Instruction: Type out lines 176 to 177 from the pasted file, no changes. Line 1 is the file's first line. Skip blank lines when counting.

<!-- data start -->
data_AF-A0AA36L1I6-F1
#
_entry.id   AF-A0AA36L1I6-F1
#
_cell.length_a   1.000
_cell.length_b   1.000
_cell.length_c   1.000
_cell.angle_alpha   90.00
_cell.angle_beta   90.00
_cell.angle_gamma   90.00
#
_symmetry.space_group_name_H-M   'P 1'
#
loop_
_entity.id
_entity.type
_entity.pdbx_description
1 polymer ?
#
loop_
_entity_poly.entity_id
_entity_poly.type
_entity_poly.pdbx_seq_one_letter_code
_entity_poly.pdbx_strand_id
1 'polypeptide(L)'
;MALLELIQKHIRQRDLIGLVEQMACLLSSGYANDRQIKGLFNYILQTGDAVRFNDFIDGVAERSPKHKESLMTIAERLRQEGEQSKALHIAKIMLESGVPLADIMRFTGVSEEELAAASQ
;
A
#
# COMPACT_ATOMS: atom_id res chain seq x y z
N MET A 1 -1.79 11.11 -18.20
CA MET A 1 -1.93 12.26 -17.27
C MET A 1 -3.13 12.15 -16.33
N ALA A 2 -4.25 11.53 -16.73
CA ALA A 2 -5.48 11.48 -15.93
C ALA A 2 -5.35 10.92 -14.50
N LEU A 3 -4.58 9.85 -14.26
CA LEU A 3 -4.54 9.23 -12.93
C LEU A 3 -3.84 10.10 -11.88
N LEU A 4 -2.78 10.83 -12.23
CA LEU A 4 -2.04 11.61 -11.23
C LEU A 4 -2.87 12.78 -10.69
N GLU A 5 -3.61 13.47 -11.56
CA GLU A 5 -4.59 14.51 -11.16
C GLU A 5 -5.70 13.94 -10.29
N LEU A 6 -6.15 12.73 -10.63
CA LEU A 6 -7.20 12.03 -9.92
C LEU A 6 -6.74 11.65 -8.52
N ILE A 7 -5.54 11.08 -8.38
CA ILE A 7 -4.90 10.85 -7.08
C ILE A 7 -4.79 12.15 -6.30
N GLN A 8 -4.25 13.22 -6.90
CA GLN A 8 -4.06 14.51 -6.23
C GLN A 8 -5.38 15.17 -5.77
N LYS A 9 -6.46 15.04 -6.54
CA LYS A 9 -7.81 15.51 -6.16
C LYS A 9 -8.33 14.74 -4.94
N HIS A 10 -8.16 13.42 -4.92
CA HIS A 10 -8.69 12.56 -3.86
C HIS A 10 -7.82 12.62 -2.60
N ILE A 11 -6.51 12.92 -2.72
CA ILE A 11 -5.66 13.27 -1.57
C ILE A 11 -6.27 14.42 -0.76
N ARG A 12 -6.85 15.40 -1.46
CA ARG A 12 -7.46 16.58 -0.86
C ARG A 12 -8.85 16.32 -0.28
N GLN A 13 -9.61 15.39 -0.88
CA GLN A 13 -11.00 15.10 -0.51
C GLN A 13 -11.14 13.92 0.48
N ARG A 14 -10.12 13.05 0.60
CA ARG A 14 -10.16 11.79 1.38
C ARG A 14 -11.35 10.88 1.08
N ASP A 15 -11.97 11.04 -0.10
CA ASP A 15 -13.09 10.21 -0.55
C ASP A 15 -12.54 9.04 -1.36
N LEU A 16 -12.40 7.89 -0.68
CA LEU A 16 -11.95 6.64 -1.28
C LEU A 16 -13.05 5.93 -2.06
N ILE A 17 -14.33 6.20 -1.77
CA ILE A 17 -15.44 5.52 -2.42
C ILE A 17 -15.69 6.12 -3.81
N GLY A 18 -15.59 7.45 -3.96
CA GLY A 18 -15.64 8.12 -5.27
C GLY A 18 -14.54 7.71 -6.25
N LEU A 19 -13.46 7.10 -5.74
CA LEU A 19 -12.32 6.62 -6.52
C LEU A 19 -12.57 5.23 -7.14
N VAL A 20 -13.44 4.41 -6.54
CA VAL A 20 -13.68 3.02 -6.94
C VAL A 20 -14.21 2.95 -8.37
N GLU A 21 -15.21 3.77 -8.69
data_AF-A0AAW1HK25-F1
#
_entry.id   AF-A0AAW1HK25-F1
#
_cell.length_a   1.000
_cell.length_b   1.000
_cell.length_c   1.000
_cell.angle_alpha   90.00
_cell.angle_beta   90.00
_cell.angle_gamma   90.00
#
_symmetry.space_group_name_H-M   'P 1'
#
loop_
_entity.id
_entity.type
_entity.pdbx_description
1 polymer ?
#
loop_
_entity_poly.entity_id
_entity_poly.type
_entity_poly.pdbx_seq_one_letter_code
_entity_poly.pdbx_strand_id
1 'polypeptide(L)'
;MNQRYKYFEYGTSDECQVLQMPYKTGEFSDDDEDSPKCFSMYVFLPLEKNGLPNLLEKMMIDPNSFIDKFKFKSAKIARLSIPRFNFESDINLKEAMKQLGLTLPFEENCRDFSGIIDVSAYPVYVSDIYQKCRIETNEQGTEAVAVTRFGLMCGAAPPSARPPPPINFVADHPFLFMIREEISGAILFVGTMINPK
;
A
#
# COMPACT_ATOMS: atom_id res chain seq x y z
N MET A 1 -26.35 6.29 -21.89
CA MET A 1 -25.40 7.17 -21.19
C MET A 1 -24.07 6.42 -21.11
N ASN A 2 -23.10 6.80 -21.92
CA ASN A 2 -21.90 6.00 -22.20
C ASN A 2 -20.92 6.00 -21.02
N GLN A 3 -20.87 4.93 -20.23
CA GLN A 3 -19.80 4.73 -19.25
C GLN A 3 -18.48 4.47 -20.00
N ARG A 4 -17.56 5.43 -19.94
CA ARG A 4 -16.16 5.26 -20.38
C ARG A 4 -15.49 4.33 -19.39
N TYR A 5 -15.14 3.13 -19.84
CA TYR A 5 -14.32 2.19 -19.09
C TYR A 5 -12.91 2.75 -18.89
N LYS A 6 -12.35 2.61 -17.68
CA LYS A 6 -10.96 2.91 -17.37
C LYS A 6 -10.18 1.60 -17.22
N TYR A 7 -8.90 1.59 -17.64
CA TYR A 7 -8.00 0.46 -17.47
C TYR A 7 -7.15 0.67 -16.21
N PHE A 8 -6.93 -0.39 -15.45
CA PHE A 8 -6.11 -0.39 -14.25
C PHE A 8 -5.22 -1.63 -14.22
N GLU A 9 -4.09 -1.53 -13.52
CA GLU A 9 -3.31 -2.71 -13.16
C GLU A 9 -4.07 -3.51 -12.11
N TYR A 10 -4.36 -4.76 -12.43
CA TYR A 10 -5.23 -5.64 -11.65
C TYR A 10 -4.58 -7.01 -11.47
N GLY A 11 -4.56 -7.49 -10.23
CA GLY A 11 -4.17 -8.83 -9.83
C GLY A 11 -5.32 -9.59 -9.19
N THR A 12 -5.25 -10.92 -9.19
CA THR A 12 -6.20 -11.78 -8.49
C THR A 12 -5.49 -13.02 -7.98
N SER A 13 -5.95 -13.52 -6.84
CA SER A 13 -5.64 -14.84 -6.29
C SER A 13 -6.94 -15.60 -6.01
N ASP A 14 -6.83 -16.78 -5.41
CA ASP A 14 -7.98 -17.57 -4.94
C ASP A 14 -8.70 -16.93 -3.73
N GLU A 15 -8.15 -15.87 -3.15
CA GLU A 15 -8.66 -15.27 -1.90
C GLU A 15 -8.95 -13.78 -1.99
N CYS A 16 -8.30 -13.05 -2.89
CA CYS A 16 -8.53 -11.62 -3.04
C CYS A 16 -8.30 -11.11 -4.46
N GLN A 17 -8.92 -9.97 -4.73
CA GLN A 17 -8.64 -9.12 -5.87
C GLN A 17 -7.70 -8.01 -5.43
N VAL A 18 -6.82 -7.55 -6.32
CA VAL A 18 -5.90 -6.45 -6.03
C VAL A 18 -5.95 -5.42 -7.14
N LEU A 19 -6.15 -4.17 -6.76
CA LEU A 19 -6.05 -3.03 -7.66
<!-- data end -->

N LEU A 19 -6.15 -4.17 -6.76
CA LEU A 19 -6.05 -3.03 -7.66